Sunday, September 6, 2009

French to English: Wine, Part 3

In our first wine blog, we talked about terroir and how it affects the quality of the wines produced in any given region.

One component of terroir is soil, another is climate.  And when it comes to climate, there are certain terms used by wine amateurs and enthusiasts to describe climate. Where I was born we talked of climate as being either wet or dry.  Of course we were never known as a wine-producing country, although we had a couple of strong liquors that sent drinkers on a wild and reckless rampage.

What are some climate terms used in wine lingo?

  • continental climate - this kind of climate has extreme variations in temperature in any given 12-month period.  It is characterized by severe and cold winters and hot and humid summers.  A continental climate is typical of a geographical area that is far from lakes and rivers;
  • degree days - this is a unit of measurement for determining the suitability of climates for the specific purpose of growing wine;
  • macroclimate - a region's general climate;
  • maritime climate - a region is said to have a maritime climate when it is partly dependent on a large body of water (sea or lake).  Stability of temperatures is a distinct feature of a maritime climate, which means winters are mild and summers are warm (without the humidity);
  • marginal climate - this is a climate that is barely climate suited for wine growing.  Temperatures lean more towards the cold.  Wines coming from marginal climate areas tend to be less consistent in quality.
  • mesoclimate - the climate on a smaller scale; that is the climatic condition of a small district or of a single vineyard;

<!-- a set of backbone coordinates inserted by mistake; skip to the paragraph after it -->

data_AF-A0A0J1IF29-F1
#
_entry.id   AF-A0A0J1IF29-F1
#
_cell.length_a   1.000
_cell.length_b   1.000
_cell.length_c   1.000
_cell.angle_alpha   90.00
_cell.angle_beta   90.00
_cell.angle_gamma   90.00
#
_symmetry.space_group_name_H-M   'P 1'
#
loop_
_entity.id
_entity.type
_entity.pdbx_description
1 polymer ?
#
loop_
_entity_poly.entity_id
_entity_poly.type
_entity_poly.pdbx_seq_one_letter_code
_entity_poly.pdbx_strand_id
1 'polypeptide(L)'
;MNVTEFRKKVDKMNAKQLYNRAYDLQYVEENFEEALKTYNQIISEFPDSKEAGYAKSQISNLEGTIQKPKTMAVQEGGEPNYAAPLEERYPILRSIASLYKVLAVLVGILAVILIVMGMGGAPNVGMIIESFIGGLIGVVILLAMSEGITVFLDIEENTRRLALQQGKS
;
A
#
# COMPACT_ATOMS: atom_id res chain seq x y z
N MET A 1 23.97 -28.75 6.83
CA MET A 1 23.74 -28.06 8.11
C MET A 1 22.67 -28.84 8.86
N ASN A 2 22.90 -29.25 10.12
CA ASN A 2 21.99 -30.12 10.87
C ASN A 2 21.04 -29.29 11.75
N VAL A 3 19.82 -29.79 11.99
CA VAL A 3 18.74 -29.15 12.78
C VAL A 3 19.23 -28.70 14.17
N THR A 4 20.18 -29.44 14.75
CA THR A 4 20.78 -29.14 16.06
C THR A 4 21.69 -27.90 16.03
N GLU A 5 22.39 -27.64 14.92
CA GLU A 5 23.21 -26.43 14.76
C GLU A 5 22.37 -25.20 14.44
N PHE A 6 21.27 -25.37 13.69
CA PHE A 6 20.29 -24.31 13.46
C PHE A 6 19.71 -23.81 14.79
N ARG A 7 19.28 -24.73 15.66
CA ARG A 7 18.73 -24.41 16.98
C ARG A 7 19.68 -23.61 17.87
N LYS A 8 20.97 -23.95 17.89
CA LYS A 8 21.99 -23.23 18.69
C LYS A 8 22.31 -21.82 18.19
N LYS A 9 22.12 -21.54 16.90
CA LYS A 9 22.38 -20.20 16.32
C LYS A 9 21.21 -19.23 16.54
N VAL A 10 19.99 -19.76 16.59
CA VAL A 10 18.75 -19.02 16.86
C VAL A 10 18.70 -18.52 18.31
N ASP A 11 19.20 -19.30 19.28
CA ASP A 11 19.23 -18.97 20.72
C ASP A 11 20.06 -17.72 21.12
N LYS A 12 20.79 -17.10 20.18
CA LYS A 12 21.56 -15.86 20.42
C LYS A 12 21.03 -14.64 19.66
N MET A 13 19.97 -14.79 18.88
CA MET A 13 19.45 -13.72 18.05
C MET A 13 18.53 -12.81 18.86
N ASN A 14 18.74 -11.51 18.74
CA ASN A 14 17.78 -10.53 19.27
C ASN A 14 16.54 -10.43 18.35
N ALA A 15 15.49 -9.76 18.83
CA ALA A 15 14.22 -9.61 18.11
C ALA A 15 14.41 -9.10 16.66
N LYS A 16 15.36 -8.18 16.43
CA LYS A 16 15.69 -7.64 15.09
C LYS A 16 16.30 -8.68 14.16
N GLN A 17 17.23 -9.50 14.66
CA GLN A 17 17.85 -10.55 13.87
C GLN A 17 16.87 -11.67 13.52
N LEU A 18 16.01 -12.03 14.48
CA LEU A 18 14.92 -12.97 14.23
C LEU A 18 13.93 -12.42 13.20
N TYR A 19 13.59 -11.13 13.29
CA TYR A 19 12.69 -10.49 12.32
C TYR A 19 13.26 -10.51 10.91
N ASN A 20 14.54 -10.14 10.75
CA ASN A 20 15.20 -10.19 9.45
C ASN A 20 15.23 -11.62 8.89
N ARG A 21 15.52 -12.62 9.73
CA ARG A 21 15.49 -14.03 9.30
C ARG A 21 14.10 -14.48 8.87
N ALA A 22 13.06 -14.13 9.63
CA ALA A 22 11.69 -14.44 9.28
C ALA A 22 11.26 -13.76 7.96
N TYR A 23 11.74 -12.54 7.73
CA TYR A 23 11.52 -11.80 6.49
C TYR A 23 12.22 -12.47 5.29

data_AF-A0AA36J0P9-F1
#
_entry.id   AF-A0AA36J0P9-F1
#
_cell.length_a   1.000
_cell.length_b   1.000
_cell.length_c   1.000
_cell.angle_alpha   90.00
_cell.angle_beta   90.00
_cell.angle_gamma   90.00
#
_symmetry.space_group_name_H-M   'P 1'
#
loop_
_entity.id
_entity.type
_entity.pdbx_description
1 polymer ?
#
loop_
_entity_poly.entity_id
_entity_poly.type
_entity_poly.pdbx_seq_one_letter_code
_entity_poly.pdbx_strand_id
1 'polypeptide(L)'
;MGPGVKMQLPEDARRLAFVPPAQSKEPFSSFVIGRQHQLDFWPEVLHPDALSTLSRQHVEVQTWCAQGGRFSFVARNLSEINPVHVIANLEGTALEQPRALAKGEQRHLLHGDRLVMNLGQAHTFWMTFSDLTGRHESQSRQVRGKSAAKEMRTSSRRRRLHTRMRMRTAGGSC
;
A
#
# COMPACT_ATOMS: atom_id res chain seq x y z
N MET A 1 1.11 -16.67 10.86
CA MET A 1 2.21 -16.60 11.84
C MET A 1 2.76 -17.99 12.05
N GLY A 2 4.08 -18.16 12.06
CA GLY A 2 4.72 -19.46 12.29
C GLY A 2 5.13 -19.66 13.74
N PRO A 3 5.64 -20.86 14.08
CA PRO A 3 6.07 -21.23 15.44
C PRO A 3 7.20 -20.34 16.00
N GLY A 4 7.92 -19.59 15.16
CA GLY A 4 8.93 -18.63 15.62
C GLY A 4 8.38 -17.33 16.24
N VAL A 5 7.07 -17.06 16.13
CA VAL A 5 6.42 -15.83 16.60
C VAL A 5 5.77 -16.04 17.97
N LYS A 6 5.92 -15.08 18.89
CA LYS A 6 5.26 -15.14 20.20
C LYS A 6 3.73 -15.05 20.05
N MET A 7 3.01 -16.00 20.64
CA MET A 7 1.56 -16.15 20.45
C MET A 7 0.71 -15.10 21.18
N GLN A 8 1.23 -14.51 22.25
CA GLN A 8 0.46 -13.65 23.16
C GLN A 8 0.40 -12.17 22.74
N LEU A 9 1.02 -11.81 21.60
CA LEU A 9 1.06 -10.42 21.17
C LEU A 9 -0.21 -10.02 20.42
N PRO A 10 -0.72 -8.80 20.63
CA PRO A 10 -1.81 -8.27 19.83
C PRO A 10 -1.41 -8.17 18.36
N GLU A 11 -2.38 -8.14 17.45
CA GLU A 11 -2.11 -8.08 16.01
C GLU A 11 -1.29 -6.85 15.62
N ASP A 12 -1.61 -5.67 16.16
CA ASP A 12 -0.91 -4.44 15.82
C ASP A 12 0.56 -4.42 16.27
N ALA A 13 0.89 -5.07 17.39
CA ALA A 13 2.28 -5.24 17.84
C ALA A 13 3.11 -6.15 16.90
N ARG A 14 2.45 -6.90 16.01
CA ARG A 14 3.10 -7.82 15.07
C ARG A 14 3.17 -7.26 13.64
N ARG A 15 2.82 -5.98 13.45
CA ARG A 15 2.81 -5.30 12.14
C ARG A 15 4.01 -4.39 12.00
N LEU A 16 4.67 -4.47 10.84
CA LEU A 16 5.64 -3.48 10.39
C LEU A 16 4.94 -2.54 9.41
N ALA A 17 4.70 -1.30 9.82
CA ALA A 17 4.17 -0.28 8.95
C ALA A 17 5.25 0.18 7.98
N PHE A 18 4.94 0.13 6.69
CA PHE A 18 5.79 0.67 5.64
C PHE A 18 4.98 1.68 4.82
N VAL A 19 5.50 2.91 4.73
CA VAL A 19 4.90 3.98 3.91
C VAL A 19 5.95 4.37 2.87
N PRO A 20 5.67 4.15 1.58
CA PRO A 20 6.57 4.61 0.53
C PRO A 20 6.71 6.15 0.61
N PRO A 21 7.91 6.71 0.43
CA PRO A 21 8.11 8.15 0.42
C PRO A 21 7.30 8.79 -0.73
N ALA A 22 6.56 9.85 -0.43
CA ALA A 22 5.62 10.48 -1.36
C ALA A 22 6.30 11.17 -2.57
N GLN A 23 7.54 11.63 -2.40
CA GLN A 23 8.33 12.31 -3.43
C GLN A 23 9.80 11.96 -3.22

• moderate climate - regions with a moderate climate are said to have minimal fluctuations in temperature during the year.  Regions are located near bodies of water.




climat continental continental climate
degrés-jours degree days
macroclimat macroclimate
climat maritime maritime climate
climate marginal marginal climate
mésoclimat mesoclimate
climat modéré moderate climate

The above lexicon was fairly easy, wasn't it?

Let's now go to wine styles.  What type of wine holds a special place in your heart (or should I say palate)?  Do you like sparkling wine (Chardonnay, Pinot Noir), full-bodied wine with rich flavors (Chardonnay, white Rioja) or do you prefer crisp, dry light bodied wines (Chablis, Vinho Verde)?

Maybe you're a Rosé fan.  I like ice wine and Sangria.  I'm a little barbaric when it comes to distinguishing wines.  I spent money on software, not on wine.

In fact, it was only a month ago that I acquired a bit of knowledge about wine.  I went to Niagara-on-the-Lake and joined a wine tour.  There the "bartenders" showed us how to examine a glass of wine against a clear backdrop, how to sniff, how to swirl the glass a few times and then how to take in air vigorously by clenching your teeth, after the first sip or two.

One final thing:  spitting the wine is considered de rigueur.  Fascinating...



styles de vins wine styles
effervescent sparkling
bulles bubbles
sensation de picotement tingling sensation
piquant, corsé tangy, steely
vin aromatique ou fleuri aromatic or flowery wine
pierres humides damp stones
pointe d'acidité twang of acidity
groseilles à maquereau gooseberries
sucre du raisin grape sugar
cassis black currant
domaines viticoles particuliers individual wine estates
la législation française sur le vin French Wine Law

We'll come back to our wine lexicon at a later date, but next week I think I'll talk about office/school supplies - to mark 'back to school" and "back to work" blues.

Please stay tuned!

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